No matter how many times I try to convince my 4-year-old that the magic of Christmas is in our special family traditions — cutting down and decorating our tree, watching Christmas movies (Elf is my favorite!), and being with friends and family — he still insists that the most important thing is the presents.
He's young, so I can definitely see his side of things. He won't be 4 forever, though, and I hope he'll eventually appreciate some of my favorite wonders of the holiday season that don't come in a box. In an attempt to keep his Christmas list in check, we've adopted another tradition that has saved us time, money, and our sanity during the holidays.
Instead of piling toys under the tree, we give him (and his toddler-aged brother, who still couldn't care less about presents) just four gifts — something he wants, something he needs, something to wear, and something to read. I have no idea about the origins of this tradition or where I first learned of it, but I was sold as soon as I discovered this creative approach to gift-giving.
If a less toy-crazed holiday sounds right up your alley, here are a few tips for doing this pared-down version of Christmas:
1. Something They Want
This is typically the most fun gift to choose. Our son's Christmas list this year is pretty long, but I've also been very clear that Santa doesn't bring every single thing we ask for. We'll choose one toy we know he really wants and wrap it up from the big man in red.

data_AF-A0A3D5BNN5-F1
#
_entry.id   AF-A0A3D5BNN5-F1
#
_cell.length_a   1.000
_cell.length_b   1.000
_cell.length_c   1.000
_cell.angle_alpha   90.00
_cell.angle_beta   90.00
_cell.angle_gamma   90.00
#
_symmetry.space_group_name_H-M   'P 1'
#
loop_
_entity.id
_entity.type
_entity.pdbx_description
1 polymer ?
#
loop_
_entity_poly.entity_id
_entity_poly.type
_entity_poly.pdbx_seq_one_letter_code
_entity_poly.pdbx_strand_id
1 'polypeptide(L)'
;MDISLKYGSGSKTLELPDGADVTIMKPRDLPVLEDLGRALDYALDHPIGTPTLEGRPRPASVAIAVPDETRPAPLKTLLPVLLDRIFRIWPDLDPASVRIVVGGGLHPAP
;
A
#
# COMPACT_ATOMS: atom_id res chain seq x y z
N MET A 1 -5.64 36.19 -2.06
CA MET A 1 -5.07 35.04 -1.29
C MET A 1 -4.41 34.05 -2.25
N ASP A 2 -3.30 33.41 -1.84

2. Something They Need
This doesn't have to be socks and underwear (actually, I'm pretty sure that is exactly what we did last year). You can make their "need" exciting, too. Our son, for example, is in desperate need of art supplies, so we might use this one as a way to stock him up on construction paper, crayons, and paints.
3. Something to Wear
Living in Indiana, this is the perfect excuse to load our kids up on cold-weather gear, but you could also get your little one a new costume, cute Christmas jammies, cleats for their new soccer league, or those awesome Paw Patrol rain boots they've been eyeing.
4. Something to Read
I love this one because reading is such a huge part of my life and I think it's so important for kids to spend time reading outside of school. Last year, we got our oldest son The Polar Express, but this year I think we may get him a personalized superhero book (not that he needs any help fueling his superhero obsession).
So, what do you think? Would you give this gift-giving method a try?